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Advice for a 1st time buyer

post #1 of 14
Thread Starter 

Hi Guys


Have been reading this forum for a while but only now needed to post.


I'm after some advice on buying my first pair of ski's.


I live in Australia and ski all most exclusively here - I would like to expand to NZ/Japan/Elsewhere but time/funds are always an issue.  This means that it is mostly groomed runs.


My skill level is that I can handle blue runs with ease - I often just have fun on them riding switch and doing 360's/lame little jumps.  Black runs I can do depending on the mountain, but it is usually concentrate time, not relax time.  I would not describe myself as a technical skiier - I don't do proper pole plants.


Physically I am mid 20's, 179cm tall (5'11") and 82kg (180lbs).  I am fairly strong in the legs.


So, what do I want from the ski?

Essentially this will be my only set of ski's for the first couple of years so I would like it to be fairly versatile.  Having said that, I gather than a proper all mountain ski is likely to be too wide in the waist for Australian conditions given our lack of powder.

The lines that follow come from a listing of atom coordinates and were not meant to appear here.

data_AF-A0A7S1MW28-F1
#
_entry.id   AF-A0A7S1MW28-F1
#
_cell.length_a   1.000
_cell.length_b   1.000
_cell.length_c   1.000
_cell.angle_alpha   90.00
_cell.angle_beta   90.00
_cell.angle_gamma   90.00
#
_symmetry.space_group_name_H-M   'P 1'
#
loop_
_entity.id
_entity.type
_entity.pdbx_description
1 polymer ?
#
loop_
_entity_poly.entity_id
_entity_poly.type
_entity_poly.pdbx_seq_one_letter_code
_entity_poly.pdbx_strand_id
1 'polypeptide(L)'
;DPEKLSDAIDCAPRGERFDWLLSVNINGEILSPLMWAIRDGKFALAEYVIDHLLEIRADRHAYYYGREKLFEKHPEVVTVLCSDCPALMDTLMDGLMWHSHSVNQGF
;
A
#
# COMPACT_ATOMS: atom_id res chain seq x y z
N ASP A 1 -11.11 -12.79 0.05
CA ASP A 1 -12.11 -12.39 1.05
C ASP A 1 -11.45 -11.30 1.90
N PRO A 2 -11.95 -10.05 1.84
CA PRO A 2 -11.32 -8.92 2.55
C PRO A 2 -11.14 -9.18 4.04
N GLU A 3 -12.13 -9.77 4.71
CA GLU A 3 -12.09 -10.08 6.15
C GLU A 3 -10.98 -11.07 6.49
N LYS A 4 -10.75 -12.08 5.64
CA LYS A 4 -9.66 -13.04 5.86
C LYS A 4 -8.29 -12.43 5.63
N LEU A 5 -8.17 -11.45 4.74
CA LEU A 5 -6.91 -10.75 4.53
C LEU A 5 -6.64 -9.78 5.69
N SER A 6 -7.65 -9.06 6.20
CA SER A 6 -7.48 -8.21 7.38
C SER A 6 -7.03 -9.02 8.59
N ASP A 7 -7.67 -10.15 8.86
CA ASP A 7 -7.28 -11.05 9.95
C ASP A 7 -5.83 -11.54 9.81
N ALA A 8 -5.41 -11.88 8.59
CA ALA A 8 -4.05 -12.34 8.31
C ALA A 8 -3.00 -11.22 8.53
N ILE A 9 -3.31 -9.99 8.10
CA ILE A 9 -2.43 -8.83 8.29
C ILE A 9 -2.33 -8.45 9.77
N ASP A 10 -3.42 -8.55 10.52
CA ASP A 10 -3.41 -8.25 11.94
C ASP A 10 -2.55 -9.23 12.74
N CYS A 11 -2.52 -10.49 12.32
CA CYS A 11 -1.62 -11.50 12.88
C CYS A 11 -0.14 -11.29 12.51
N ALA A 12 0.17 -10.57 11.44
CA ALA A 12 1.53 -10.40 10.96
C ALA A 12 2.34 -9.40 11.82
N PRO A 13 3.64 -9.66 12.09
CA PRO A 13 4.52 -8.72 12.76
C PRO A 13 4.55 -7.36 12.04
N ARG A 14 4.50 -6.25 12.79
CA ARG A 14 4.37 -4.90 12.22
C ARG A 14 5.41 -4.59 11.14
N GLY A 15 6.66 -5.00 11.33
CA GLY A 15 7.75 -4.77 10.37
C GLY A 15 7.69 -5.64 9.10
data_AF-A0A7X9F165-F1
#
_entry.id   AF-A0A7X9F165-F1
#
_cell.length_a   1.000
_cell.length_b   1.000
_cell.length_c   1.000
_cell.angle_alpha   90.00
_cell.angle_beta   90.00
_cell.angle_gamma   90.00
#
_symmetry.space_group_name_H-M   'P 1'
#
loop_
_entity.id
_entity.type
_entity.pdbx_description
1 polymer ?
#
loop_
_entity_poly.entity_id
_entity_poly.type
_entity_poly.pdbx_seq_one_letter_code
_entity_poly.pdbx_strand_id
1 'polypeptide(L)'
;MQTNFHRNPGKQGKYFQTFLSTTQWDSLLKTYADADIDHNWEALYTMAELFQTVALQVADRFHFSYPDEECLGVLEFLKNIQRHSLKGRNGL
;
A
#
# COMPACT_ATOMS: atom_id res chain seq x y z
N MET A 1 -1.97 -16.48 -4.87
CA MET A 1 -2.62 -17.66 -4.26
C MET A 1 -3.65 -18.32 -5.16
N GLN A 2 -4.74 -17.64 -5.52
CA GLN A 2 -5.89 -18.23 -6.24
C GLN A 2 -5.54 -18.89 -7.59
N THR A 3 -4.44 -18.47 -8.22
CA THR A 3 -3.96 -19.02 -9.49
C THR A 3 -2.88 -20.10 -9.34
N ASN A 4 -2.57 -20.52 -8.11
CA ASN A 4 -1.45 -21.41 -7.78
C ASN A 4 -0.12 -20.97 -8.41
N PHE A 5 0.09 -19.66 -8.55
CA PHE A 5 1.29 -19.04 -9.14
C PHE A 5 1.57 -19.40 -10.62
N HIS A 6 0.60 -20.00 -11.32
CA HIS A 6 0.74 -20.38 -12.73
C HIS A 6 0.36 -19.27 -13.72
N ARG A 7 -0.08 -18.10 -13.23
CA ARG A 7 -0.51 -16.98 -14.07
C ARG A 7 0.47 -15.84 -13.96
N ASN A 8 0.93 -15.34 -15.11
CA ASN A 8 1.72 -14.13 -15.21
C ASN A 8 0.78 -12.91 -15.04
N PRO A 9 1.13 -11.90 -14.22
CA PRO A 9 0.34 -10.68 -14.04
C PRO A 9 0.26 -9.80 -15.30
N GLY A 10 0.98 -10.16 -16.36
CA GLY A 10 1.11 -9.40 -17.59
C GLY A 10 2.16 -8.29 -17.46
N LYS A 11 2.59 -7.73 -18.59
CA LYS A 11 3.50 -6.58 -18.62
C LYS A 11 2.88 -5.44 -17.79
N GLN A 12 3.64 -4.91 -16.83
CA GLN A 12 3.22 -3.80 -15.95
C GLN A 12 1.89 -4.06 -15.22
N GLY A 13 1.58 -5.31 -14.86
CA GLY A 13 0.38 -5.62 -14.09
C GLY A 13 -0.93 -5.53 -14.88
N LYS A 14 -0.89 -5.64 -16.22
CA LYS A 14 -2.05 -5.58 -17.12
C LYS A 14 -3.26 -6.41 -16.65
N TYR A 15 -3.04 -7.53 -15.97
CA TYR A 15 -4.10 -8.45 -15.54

I really enjoy skiing switch - prob do it up to 30% of the time - so would like twin tips.

Am starting in the park - usual noob tricks like sliding straight forwards across the lowest table :)


I plan to buy them online and ship them over, so website like levelninesports.com are useful.


So, my research so far has lead me to the Head BlackJack 80s


They seem like they might be good for what I want - relatively narrow at 81 in the waist.  Turn radius is prob a bit bigger than ideal, but then I expect I will be more skill limited than ski limited.  Would these be too big at 181cm?  2cm taller than me.


So far I have just skiied on rentals, which are usually head big easy.  From memory they usually give me the 160's (maybe 170's) and I have been doing the above on these.  From what I can find online they are quite narrow - low 70's.  Will I find an 80-85mm ski too hard to turn?  Or is it an easy transition.


I'm happy to get some lessons with my new gear.


Open to any other suggestions, and your help is greatly appreciated.


Thanks in advance

post #2 of 14